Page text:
…..but why not start investigating right here in the USA!
I just discovered this blog which I plan to visit often (and will put on our blogroll). It’s called “Asylumist” and it’s about , what else, the other half of our refugee resettlement program, the asylum program. People get confused all the time about the fraternal twin programs—both born of the same law and only differing slightly in their appearance, but not in the results.
A “refugee” is determined to be persecuted and is screened abroad and brought here with the help of the United Nations and the US State Department (you pay the airfare). An asylum seeker gets to our borders on his or her own steam and then asks for asylum by claiming he or she will be persecuted if returned to their home country. And, let me say right here, a true asylum seeker is SUPPOSED to ask for asylum in the first country in which they land. They are not supposed to make six stops before reaching our borders and then asking for asylum.
The number of asylum seekers is increasing by leaps and bounds. In 1990 we granted asylum to 8,472 claimants and in 2009 that number had risen to 22,119. For some perspective, the number of refugees admitted in 2009 was around 74,000. Both groups are then eligible for most forms of public assistance, legal permanent residency (there used to be a cap on this number each year, but no longer) and ultimately citizenship. But, here is a kicker. If someone isn’t granted asylum they can just disappear into America—like the now famous Auntie Zeituni (Obama’s Kenyan aunt)—because no one is detained prior to the decision (or after the decision for that matter). Up until this year asylum seekers were detained after coming across the border.
What do you know! Homeland Security is concerned about Central American smugglers of Somalis!
From the Asylumist:
Many African asylum seekers enter the United States at the Mexican border. Their journey to the U.S. is long and circuitous. In East Africa (where some of my clients come from), people travel from Ethiopia, Eritrea or Somalia to Kenya. From there, they go to South Africa and Brazil using false passports, and then through South America (sometimes by boat up the Amazon River!), to Central America, and then Mexico and the U.S. Along the route, they are passed from one smuggler to the next. Its big business for the smugglers: I’ve heard the trip costs between $10,000.00 and $15,000.00, and sometimes more.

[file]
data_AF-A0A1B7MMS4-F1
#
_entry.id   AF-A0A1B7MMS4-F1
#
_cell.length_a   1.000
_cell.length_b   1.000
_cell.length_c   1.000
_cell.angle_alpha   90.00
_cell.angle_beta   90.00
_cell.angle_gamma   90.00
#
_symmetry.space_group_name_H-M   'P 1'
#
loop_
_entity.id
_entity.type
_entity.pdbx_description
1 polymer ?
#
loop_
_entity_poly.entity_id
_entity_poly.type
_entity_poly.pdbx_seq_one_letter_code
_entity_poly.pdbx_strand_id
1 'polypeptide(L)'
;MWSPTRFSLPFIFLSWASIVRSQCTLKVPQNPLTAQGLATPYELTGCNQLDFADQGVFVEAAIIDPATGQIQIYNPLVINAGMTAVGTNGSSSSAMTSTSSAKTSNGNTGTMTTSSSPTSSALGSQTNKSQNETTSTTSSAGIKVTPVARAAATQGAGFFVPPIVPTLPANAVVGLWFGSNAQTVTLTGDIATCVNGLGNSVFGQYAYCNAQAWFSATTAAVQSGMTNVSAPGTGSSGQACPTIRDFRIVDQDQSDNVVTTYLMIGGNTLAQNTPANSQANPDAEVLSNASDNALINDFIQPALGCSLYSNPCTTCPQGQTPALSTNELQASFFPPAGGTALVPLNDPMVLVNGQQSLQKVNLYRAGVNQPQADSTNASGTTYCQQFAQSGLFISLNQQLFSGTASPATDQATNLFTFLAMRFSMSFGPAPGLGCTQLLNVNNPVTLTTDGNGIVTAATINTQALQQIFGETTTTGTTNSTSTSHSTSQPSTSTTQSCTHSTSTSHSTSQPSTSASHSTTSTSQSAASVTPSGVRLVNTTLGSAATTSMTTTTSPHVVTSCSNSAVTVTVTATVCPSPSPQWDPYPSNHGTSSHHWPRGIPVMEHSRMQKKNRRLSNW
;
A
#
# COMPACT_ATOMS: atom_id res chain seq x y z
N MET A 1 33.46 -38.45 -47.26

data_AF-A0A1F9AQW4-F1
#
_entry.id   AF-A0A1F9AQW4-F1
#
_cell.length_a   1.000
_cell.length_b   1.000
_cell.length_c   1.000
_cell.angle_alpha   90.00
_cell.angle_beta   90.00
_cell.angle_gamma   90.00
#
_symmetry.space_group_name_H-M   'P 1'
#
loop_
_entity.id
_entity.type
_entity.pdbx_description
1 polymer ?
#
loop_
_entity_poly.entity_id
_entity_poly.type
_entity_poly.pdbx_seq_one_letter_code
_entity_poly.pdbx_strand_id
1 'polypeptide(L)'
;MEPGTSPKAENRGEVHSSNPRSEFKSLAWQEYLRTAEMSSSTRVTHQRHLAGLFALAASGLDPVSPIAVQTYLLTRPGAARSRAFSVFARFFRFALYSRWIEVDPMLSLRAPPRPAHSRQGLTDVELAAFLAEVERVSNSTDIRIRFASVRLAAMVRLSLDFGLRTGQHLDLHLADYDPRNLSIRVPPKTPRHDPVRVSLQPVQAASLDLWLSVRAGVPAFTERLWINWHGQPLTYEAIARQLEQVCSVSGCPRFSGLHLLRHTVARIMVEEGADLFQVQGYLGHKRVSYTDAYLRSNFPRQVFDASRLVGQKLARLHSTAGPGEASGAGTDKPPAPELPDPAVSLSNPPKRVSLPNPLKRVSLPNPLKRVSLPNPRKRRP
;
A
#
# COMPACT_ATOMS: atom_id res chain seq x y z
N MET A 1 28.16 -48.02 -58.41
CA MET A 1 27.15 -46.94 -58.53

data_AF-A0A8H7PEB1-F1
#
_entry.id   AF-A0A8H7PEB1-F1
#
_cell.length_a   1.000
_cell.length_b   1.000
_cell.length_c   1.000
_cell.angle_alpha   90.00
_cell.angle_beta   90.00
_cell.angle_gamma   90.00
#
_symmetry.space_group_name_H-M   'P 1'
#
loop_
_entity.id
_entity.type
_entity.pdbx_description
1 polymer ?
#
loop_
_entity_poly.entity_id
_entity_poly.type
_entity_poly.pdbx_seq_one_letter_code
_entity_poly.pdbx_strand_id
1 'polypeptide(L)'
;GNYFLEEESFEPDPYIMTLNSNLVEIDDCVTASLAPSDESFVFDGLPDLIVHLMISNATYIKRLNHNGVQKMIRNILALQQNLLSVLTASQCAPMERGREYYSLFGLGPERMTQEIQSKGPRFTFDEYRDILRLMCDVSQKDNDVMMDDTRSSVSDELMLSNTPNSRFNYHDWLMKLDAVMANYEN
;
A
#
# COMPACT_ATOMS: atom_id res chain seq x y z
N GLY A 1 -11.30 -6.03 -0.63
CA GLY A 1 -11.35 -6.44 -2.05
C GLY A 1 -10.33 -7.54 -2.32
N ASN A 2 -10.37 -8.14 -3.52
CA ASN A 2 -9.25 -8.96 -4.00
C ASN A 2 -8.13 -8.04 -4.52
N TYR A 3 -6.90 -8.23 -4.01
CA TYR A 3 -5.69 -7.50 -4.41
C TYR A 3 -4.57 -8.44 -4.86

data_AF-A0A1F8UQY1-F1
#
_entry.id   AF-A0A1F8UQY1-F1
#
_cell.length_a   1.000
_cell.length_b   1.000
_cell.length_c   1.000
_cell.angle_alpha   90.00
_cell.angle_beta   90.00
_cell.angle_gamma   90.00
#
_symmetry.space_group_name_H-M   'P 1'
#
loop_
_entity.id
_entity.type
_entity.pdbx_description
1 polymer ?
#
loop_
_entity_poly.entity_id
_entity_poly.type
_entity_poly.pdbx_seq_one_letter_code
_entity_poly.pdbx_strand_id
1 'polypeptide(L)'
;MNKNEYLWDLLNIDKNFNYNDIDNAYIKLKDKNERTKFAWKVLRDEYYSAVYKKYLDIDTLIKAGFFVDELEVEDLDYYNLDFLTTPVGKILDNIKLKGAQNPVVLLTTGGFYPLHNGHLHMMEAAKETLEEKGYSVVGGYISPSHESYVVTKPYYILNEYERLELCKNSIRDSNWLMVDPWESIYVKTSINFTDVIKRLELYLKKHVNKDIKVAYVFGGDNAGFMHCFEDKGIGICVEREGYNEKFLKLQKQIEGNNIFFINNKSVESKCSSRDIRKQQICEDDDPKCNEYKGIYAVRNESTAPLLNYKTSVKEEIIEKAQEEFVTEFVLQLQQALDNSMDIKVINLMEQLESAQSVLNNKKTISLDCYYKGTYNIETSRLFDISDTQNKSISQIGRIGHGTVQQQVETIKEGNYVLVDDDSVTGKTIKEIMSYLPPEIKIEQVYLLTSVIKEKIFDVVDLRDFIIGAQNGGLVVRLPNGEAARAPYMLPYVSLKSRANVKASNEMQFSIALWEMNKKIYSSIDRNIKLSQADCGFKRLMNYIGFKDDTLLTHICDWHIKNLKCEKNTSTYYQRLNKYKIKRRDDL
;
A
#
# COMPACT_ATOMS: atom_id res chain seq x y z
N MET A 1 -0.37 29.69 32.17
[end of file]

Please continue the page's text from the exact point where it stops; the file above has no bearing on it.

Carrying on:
Now, if the rumor mill is to be believed, DHS and at least one Latin American government are planning to arrest some additional smugglers in Central America. DHS investigators have been interviewing smuggled aliens in the United States. They have asked the aliens to identify photos of several smugglers based in Central American. While most of the smugglers are from Latin America, at least one is African.
It seems that DHS’s central concern involves the Somalis, who have long been viewed as a potential threat to national security (I’ve blogged about this issue here), and apparently DHS’s interrogation of the smuggled aliens has focused on Somali migrants.
I suggest DHS start by asking some big American NGOs (and immigration lawyers) what they know about the Somalis coming across our border. It strikes me as a bit far-fetched to assume that some poor Somali with no English language skills should be able to get half way around the world and know to ask for asylum on our Mexican border. I wrote about my suspicions here earlier this month.
And tell me if this makes sense—poor Somali has $10,000-$15,000 just kicking around to pay for the journey to America in order to get a minimum wage job with a meatpacker. Who is paying the asylum seeker or the smuggler?